About the Main Monument
When was it dedicated? Sept. 14, 1887.
What is it made out of? Sculpture: Concord granite; Base: granite.
What size is it? Sculpture: approx. H. 15 ft. 7 in.; Pedestal: approx. W. 4 ft. x D. 4 ft.; Base: approx. W. 5 ft. 10 in. x D. 5 ft. 10 in.
Who made it? Fox, Thomas, fabricator.
What does it depict? A shaft with a pyramidal finial and eight plaques around the pedestal stands on a rough-hewn base. Erected by the State of Ohio, this monument is one of twenty honoring Ohio troops who participated in the Gettysburg campaign. Flanking markers are 1.4 foot square.
What does it honor? It marks the location occupied by the 82nd Ohio Infantry on July 1, 1863 while in support of Dilger’s Ohio Battery I. Left Flank and Right Flank markers show location of advance line before retreating before heavier forces.
How is it inscribed? Arriving from Emmittsburg at Noon July 1, 1863. Moved rapidly to the support of Dilger’s Battery near the Carlisle Road. At 3 p.m. changed front to the right and advanced to a position 125 yards in front of this monument where exposed both front and flank to a severe fire. It engaged the enemy then approaching from York. After an obstinate struggle the regiment being outflanked on both sides, withdrew to Cemetery Hill where it remained until the close of the battle.
When was this photograph taken? June 6, 2010. Monument faces mainly south.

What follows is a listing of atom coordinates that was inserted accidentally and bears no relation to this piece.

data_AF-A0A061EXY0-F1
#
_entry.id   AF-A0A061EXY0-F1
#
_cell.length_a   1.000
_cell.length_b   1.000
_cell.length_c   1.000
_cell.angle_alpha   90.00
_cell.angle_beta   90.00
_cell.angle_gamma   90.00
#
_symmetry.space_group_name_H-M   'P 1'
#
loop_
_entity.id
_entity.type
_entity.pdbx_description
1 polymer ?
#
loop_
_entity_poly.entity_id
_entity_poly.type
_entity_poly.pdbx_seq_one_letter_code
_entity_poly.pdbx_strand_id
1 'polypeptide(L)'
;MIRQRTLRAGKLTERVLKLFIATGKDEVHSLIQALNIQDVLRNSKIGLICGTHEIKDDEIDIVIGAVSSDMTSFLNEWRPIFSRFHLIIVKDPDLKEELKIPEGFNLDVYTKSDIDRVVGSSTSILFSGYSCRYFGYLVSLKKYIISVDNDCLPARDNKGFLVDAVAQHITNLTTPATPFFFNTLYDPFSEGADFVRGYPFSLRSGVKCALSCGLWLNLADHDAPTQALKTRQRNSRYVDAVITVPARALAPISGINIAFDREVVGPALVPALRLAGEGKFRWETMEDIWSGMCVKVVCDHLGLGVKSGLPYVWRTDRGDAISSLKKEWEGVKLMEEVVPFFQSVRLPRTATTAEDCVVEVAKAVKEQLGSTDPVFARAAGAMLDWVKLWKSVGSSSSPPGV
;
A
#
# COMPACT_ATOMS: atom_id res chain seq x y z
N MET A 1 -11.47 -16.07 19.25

Where is it located? Located Gettysburg National Military Park, East Howard Avenue off Carlisle Road, Gettysburg, Pennsylvania 17325. It is located on the south side of East Howard Avenue.
Is this monument located along the NPS Auto Tour route? Included on the extended tour route that includes Barlow’s Knoll.
Has this monument been moved or changed? This monument has not been moved or materially altered.
Secondary Monuments and Markers
Photographed: June 4, 2010.
Location: National Cemetery.
Description: Small stone flank marker.
Denotes the location of the 82nd Ohio on July 2nd and 3rd, 1863.
Photographed: June 4, 2010.
Location: National Cemetery.
Description: Small stone flank marker denotes the location of the 82nd Ohio on July 2nd and 3rd, 1863.
Commander: Col. James S. Robinson (1817-1892). Editor and newspaper publisher from Kenton. Wounded on July 1. Served two terms in Congress and was Ohio’s Secretary of State.
Number Engaged: 384
Casualties: 17 killed, 84 wounded, 79 missing
Officers Killed at Gettysburg:
- 1st Lieutenant Stowell Burnham, Adjutant, aged 24, killed on July 1
- Captain John Costin, Company F, mortally wounded on July 1, aged 23
- 2nd Lieutenant Henry Jacoby, Company D, aged 23, killed on July 1
- 2nd Lieutenant George W. McGreary, Company C, killed on July 1, aged 23, buried in the Ohio plot at A-2
- 2nd Lieutenant Philander C. Meredith, Company K, killed on July 1
- Captain William D. Mitchell, Company H, aged 40, mortally wounded on July 1
Soldiers Buried in the Ohio Plot of the Gettysburg National Cemetery:
- Pvt. Francis H. Blough, Company C, A-11
- Pvt. William H. Bush, Company F, A-8
- Pvt. Samuel L. Connor, Company E, D-9
- Pvt. William Folk, Company D, Captured July 1, Died at Andersonville, A-3
- Pvt. Eli A. Hain, Company H, A-7
- Pvt. Chauncey Haskell, Company F, C-14
- Pvt. Asa Hines, Company K, D-12
- Pvt. Andrew W. Houck, Company F, A-26
- Pvt. Martin Jacobs, Company D, A-4
- Pvt. Isaac Richards, Company A, C-21
- Pvt. Elmer L. Ross, Company C, A-10
- Pvt. Lemuel W. Walker, Company F, D-22
- Pvt. Jacob Warner, Company H, A-9
After Action Report: After Action Report of Lieut. Col. David Thomson (1825-1893) (will open a pop up window).
Raised: Ashland, Harden, Logan, Marion, and Union counties.
Regimental History ~ Dyer’s Compendium of the War of the Rebellion: